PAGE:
Cathedral of the Holy Cross Shines Bright After Two-year Renovation

New Worship Space to Debut Palm Sunday

If there were ever an appropriate phrase for the massive renovation of the Cathedral of the Holy Cross in the South End, it would be, ‘Let there be light.’

That scripturally appropriate phrase is also very appropriate for the astonishing $26 million renovation performed – and now completed – at the Cathedral on Washington Street, the home church of the Archdiocese of Boston.

After closing the main sanctuary for renovations in May 2017, the Cathedral will re-open this Sunday, April 14, for Palm Sunday Masses with Cardinal Sean O’Malley. The opening will also feature a blessing for the Marathon runners as well.

“We are thrilled to re-open the doors of our Cathedral to the South End and all of Boston, not just as the spiritual home for Boston’s Catholics but also as a community center and resource to all our neighbors,” said Very Rev. Kevin O’Leary, Rector of the Cathedral.

Walking into the new sanctuary space, one is awe-struck by the brightness, the light color palette on the walls, the new lighting and the unbelievably ornate and gilded vaulted ceiling.w

Much of the Cathedral’s sanctuary was drab and very dark before the renovations – with unfortunate paint jobs over things like the ceiling and some of the back gilding behind the altar.

All of those things and more have been corrected, said spokesman Michael Kieloch.

“Every square inch has been touched by some sort of work,” he said. “There isn’t anything here that hasn’t been worked on in some way…Everything here is now more vibrant and lighter and more accessible.”

Another key element is a brand new front worship space with a quatrefoil cross embedded in the brand new stone floor. The altar and baptismal in the front space is much more open and light – and great pains were taken to match the new elements with the classic altar.

“I think the truly amazing part is the new combination altar and baptismal blend so well together,” he said. “The new elements come together seamless with the 19th Century high altar in the back. You can’t tell one is from the 1870s and one is from 2019…They actually did some research and found the quarry in Italy where the stone for the high altar came from and used that stone for the new elements. They really wanted to get the appearance just right.”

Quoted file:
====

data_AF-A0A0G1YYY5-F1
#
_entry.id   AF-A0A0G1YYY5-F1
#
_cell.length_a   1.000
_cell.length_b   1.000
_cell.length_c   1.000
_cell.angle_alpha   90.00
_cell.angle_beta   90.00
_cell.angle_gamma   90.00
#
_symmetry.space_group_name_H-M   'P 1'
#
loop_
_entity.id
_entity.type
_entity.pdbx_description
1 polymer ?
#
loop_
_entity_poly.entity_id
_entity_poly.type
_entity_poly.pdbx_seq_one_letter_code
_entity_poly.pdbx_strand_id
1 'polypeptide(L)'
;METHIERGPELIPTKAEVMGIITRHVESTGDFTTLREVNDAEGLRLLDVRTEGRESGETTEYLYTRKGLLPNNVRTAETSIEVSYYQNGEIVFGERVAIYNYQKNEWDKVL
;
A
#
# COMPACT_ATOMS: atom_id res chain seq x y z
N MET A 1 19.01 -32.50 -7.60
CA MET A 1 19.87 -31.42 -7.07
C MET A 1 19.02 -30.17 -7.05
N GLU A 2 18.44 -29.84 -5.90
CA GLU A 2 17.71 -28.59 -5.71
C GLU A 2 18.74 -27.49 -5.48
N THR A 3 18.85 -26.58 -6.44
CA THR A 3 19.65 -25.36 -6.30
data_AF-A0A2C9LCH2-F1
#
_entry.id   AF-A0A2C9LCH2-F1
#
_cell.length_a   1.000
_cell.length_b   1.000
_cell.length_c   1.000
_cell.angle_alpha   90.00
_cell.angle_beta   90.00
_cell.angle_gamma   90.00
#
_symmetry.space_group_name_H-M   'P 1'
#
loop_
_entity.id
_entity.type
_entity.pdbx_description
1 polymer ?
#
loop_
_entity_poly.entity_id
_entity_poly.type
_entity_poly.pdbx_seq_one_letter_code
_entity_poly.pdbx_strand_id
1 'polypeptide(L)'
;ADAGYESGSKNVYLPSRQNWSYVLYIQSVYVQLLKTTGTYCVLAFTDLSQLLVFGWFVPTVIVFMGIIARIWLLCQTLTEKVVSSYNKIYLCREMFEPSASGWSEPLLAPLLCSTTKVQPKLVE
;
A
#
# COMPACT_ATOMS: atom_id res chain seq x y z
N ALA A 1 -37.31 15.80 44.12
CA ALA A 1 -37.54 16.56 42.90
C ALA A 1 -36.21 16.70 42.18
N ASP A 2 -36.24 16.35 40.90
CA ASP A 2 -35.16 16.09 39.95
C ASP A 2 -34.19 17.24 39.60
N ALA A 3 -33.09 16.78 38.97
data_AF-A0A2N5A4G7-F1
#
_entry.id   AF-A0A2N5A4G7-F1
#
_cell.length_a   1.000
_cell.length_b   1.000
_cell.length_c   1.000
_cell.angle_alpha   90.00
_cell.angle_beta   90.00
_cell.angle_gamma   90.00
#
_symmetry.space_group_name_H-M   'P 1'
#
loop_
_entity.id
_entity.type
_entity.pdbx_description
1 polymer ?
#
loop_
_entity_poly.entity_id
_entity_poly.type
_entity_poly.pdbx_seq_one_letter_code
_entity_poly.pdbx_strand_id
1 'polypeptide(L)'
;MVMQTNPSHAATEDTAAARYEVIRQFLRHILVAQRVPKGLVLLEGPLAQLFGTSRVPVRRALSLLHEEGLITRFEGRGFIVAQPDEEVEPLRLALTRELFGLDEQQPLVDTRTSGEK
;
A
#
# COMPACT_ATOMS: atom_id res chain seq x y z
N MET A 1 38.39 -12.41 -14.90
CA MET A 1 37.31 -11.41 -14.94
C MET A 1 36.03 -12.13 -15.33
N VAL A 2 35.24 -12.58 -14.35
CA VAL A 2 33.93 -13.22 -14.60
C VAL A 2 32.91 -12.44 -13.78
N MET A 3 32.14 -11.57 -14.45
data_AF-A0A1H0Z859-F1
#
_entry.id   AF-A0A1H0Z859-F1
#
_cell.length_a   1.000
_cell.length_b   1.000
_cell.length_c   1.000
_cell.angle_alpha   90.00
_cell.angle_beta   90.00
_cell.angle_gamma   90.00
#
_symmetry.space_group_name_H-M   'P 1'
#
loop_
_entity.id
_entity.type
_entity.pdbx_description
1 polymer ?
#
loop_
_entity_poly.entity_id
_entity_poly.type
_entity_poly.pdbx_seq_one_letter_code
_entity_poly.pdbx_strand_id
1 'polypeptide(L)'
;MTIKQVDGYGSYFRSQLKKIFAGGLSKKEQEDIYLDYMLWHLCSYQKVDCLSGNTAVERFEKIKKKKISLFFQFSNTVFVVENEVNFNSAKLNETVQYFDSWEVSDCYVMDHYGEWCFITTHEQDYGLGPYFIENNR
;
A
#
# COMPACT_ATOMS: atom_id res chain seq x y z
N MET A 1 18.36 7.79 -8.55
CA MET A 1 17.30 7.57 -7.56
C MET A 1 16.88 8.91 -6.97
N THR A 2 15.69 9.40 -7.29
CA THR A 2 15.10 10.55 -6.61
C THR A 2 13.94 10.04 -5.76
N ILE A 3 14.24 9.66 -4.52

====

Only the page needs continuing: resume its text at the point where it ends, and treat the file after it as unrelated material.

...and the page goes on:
Even the scrollwork behind the altar is an overlooked, but very interesting, part of the renovation. While it had been painted over, preservationists were able to look at old black and white photographs to see what the back of the altar looked like. They used those photographs to recreate the design that is now on the walls.

The 19th Century German stained glass windows were also fixed, improved and preserved. Those windows are one of the largest collections of German stained glass in North America, and Kieloch said the detail in fixing them was incredible – even in windows at the very top that people would like never see up close.

The most important component, however, was that they were able include new fire suppression systems, a new heating system, a new cooling system, a new video camera system and important handicap access upgrades.

“There are a lot of things that are really important that we did that people might not be able to see, but they are critical,” said Kieloch. “The electrical system was in big trouble. We had 1940s wiring grafted onto 1920s wiring. A lot of the people working on this said if we hadn’t done this now, we might not have had a Cathedral in the near future.”

Not to be lost is the cleaning and repair of the massive, 5,900-pipe Hook & Hastings organ. That will be unveiled in full later in the summer when construction dust has been fully cleared out.

One nice touch for the community is that they decided to have all of the stained glass windows backlit so that they can be seen prominently at night as people travel up and down Washington Street.

“Now, it will stand out at night like the landmark it is and hopefully it makes it look more inviting too,” he said.

The architect for the project was Elkus Manfredi and the general contractor was Suffolk Construction.

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